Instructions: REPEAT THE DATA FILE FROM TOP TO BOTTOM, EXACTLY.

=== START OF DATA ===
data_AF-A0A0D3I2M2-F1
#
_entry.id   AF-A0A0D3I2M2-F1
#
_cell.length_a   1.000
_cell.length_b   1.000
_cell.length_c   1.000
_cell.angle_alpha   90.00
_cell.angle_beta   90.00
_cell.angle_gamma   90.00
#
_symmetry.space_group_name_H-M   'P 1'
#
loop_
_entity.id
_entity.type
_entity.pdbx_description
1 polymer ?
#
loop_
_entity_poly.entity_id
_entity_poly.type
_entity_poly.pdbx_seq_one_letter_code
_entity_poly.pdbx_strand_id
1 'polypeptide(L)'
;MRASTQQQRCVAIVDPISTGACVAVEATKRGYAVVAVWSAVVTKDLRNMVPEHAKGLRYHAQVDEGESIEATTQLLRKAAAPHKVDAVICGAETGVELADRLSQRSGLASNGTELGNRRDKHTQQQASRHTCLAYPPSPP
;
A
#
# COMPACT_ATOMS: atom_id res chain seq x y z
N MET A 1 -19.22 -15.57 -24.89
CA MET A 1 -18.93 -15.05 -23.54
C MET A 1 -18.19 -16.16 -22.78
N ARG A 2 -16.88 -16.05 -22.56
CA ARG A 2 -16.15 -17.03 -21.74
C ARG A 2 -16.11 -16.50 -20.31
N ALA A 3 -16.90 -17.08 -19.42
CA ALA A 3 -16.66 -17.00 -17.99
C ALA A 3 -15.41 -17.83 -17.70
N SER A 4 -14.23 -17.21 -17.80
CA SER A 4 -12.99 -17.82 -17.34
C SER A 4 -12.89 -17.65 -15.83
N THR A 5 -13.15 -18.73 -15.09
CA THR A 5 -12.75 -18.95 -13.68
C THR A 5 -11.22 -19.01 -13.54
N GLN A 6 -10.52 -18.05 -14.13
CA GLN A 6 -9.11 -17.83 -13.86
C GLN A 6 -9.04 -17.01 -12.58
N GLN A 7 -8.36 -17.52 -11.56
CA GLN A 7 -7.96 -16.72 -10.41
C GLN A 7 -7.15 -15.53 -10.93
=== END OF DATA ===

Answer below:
data_AF-A0A0D3I2M2-F1
#
_entry.id   AF-A0A0D3I2M2-F1
#
_cell.length_a   1.000
_cell.length_b   1.000
_cell.length_c   1.000
_cell.angle_alpha   90.00
_cell.angle_beta   90.00
_cell.angle_gamma   90.00
#
_symmetry.space_group_name_H-M   'P 1'
#
loop_
_entity.id
_entity.type
_entity.pdbx_description
1 polymer ?
#
loop_
_entity_poly.entity_id
_entity_poly.type
_entity_poly.pdbx_seq_one_letter_code
_entity_poly.pdbx_strand_id
1 'polypeptide(L)'
;MRASTQQQRCVAIVDPISTGACVAVEATKRGYAVVAVWSAVVTKDLRNMVPEHAKGLRYHAQVDEGESIEATTQLLRKAAAPHKVDAVICGAETGVELADRLSQRSGLASNGTELGNRRDKHTQQQASRHTCLAYPPSPP
;
A
#
# COMPACT_ATOMS: atom_id res chain seq x y z
N MET A 1 -19.22 -15.57 -24.89
CA MET A 1 -18.93 -15.05 -23.54
C MET A 1 -18.19 -16.16 -22.78
N ARG A 2 -16.88 -16.05 -22.56
CA ARG A 2 -16.15 -17.03 -21.74
C ARG A 2 -16.11 -16.50 -20.31
N ALA A 3 -16.90 -17.08 -19.42
CA ALA A 3 -16.66 -17.00 -17.99
C ALA A 3 -15.41 -17.83 -17.70
N SER A 4 -14.23 -17.21 -17.80
CA SER A 4 -12.99 -17.82 -17.34
C SER A 4 -12.89 -17.65 -15.83
N THR A 5 -13.15 -18.73 -15.09
CA THR A 5 -12.75 -18.95 -13.68
C THR A 5 -11.22 -19.01 -13.54
N GLN A 6 -10.52 -18.05 -14.13
CA GLN A 6 -9.11 -17.83 -13.86
C GLN A 6 -9.04 -17.01 -12.58
N GLN A 7 -8.36 -17.52 -11.56
CA GLN A 7 -7.96 -16.72 -10.41
C GLN A 7 -7.15 -15.53 -10.93